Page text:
“It is true that it hurts us, that we feel impotent and anger before so much injustice, torture and detentions,” Tasio Erkizia, a Basque independence activist, told the crowd during the march in Bilbao.
“But once again they are mistaken, they have been mistaken for years, they believe that they are going to put this people on its knees, but they are not going to do it neither with the carrot nor the stick,” he added.
Pernando Barrena, a senior Batasuna member still at large, said that the police operation was a “pre-election stand” by the government.
The Socialist party “is looking to improve its position” against the conservative opposition Popular party “before the next general elections in March,” he said.
Barrena, who did not participate in Thursday’s meeting, was speaking to journalists outside a prison in San Sebastian where Arnaldo Otegi, Batasuna party leader, has been held since June.
Jose Luis Rodriguez Zapatero, Spain’s preime minister, will face general elections in March 2008 in which the question of regional autonomy and the Basque conflict are becoming major campaign issues.
The government has taken a hard line against Eta since the armed group officially ended a 15-month-old ceasefire in June.
Baltasar Garzon, a leading anti-terrorist judge who ordered the arrests, suspected that the meeting had been planned to transfer power to new leaders of the party after it was weakened by recent arrests, a judicial source said.
|“It is true that it hurts us, that we feel impotent and anger before so much injustice, torture and detentions”
Tasio Erkizia, Basque independence activist
The detained members are expected to be transferred to Madrid, where they will be questioned by Garzon over the weekend.
They face charges related to Garzon’s investigation into links between Batasuna and Eta – especially the political party’s suspected financing of Eta’s activities, the source added.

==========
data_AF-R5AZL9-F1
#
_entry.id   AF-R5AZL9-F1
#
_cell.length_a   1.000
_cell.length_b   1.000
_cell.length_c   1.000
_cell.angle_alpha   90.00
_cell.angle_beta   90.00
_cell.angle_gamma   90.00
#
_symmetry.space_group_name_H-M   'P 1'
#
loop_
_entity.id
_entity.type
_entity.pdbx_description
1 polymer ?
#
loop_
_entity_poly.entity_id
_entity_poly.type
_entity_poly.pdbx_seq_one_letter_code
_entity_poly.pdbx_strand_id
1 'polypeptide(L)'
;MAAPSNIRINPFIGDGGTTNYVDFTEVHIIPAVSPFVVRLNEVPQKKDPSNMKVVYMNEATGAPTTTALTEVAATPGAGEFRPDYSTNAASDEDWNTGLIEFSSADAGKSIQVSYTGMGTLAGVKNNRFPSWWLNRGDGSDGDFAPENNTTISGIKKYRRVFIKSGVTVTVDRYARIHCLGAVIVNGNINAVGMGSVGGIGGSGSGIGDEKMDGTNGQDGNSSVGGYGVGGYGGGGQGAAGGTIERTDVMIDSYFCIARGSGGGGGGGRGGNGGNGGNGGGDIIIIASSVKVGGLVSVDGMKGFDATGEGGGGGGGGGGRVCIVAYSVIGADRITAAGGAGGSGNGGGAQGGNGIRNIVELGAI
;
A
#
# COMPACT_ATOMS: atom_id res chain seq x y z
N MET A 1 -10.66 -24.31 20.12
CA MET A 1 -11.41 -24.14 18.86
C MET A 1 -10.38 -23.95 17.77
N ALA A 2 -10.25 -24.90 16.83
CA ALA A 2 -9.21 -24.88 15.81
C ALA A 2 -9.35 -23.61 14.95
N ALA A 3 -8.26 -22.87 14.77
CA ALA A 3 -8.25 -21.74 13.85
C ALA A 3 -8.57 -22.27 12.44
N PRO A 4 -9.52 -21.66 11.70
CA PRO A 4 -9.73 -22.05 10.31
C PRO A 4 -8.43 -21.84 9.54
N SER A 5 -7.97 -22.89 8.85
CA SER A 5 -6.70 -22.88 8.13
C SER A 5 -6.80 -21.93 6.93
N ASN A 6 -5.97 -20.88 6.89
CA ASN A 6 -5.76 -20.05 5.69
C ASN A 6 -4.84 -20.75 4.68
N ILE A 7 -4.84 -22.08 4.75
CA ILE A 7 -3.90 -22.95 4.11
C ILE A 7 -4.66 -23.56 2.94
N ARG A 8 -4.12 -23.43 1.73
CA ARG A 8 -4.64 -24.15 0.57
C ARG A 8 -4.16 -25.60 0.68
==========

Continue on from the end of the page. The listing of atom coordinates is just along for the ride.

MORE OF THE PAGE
Among those held was Joseba Permach, one of Batasuna’s main spokesmen since Otegi’s detention in June for the crime of “glorifying terrorism”.
Thursday’s raid followed the arrests of Joseba Alvarez, Batasuna’s international spokesman, and Oihana Agirre, a member of the Basque prisoner support network Askatasuna, on Tuesday in San Sebastian.
Earlier on Friday, Garzon ordered both men remanded in custody. The two are accused of organising an unauthorised demonstration held on September 9 in San Sebastian in favour of Askatasuna.
Tightening the screw
“It is part of a … tightening of the screw that has been observed since the [end of] truce,” Gorka Landaburu, a Basque journalist and commentator, said of Thursday’s crackdown.
“Things have changed toward Batasuna. During the peace process [the authorities] didn’t intervene, now they intervene.”
Both Batasuna and Eta are listed as terrorist organisations by the European Union and the US government.
Batasuna was outlawed by Spain’s supreme court in March 2003 on grounds that it was the political wing of Eta, which has been blamed for more than 800 killings since the 1960s in a campaign to establish an independent Basque state from parts of northeastern Spain and southwestern France.
Eta called off a ceasefire after peace talks with the Spanish government broke down. Its last major attack took place in December 2006, when a bomb at Madrid airport killed two people.